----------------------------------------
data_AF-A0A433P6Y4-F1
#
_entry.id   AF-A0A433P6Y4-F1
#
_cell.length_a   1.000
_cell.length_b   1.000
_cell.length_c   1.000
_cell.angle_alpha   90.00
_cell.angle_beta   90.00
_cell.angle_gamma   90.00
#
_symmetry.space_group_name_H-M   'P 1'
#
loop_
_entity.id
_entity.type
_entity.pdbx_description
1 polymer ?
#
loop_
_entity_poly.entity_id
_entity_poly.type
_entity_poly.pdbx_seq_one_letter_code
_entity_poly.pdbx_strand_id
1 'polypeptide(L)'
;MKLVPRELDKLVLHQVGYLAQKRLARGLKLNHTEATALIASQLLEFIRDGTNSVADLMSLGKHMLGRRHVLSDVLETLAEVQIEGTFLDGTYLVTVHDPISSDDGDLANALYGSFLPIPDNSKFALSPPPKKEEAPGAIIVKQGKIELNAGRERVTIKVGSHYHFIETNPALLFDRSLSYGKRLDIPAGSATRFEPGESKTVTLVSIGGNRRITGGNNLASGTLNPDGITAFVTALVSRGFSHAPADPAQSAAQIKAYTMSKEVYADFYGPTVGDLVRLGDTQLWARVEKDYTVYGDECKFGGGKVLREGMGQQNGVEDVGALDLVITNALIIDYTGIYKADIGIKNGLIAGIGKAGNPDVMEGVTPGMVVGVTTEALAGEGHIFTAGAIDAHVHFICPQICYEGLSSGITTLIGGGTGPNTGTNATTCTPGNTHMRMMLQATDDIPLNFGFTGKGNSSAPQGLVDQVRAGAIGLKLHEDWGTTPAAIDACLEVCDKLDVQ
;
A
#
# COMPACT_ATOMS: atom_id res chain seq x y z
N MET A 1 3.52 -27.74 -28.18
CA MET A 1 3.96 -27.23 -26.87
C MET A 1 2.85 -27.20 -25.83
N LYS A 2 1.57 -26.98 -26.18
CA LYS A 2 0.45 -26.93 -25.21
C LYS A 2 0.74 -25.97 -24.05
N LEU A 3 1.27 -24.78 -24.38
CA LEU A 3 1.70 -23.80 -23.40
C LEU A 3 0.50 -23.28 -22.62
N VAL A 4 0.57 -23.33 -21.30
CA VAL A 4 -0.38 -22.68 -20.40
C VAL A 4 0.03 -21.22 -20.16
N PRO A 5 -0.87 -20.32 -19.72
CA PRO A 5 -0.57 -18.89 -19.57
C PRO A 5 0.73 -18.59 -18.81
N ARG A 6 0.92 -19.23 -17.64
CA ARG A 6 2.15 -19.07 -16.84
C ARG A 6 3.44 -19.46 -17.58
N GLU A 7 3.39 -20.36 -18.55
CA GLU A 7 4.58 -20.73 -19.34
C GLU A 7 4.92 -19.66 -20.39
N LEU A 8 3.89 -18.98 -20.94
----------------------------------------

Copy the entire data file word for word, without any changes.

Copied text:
data_AF-A0A433P6Y4-F1
#
_entry.id   AF-A0A433P6Y4-F1
#
_cell.length_a   1.000
_cell.length_b   1.000
_cell.length_c   1.000
_cell.angle_alpha   90.00
_cell.angle_beta   90.00
_cell.angle_gamma   90.00
#
_symmetry.space_group_name_H-M   'P 1'
#
loop_
_entity.id
_entity.type
_entity.pdbx_description
1 polymer ?
#
loop_
_entity_poly.entity_id
_entity_poly.type
_entity_poly.pdbx_seq_one_letter_code
_entity_poly.pdbx_strand_id
1 'polypeptide(L)'
;MKLVPRELDKLVLHQVGYLAQKRLARGLKLNHTEATALIASQLLEFIRDGTNSVADLMSLGKHMLGRRHVLSDVLETLAEVQIEGTFLDGTYLVTVHDPISSDDGDLANALYGSFLPIPDNSKFALSPPPKKEEAPGAIIVKQGKIELNAGRERVTIKVGSHYHFIETNPALLFDRSLSYGKRLDIPAGSATRFEPGESKTVTLVSIGGNRRITGGNNLASGTLNPDGITAFVTALVSRGFSHAPADPAQSAAQIKAYTMSKEVYADFYGPTVGDLVRLGDTQLWARVEKDYTVYGDECKFGGGKVLREGMGQQNGVEDVGALDLVITNALIIDYTGIYKADIGIKNGLIAGIGKAGNPDVMEGVTPGMVVGVTTEALAGEGHIFTAGAIDAHVHFICPQICYEGLSSGITTLIGGGTGPNTGTNATTCTPGNTHMRMMLQATDDIPLNFGFTGKGNSSAPQGLVDQVRAGAIGLKLHEDWGTTPAAIDACLEVCDKLDVQ
;
A
#
# COMPACT_ATOMS: atom_id res chain seq x y z
N MET A 1 3.52 -27.74 -28.18
CA MET A 1 3.96 -27.23 -26.87
C MET A 1 2.85 -27.20 -25.83
N LYS A 2 1.57 -26.98 -26.18
CA LYS A 2 0.45 -26.93 -25.21
C LYS A 2 0.74 -25.97 -24.05
N LEU A 3 1.27 -24.78 -24.38
CA LEU A 3 1.70 -23.80 -23.40
C LEU A 3 0.50 -23.28 -22.62
N VAL A 4 0.57 -23.33 -21.30
CA VAL A 4 -0.38 -22.68 -20.40
C VAL A 4 0.03 -21.22 -20.16
N PRO A 5 -0.87 -20.32 -19.72
CA PRO A 5 -0.57 -18.89 -19.57
C PRO A 5 0.73 -18.59 -18.81
N ARG A 6 0.92 -19.23 -17.64
CA ARG A 6 2.15 -19.07 -16.84
C ARG A 6 3.44 -19.46 -17.58
N GLU A 7 3.39 -20.36 -18.55
CA GLU A 7 4.58 -20.73 -19.34
C GLU A 7 4.92 -19.66 -20.39
N LEU A 8 3.89 -18.98 -20.94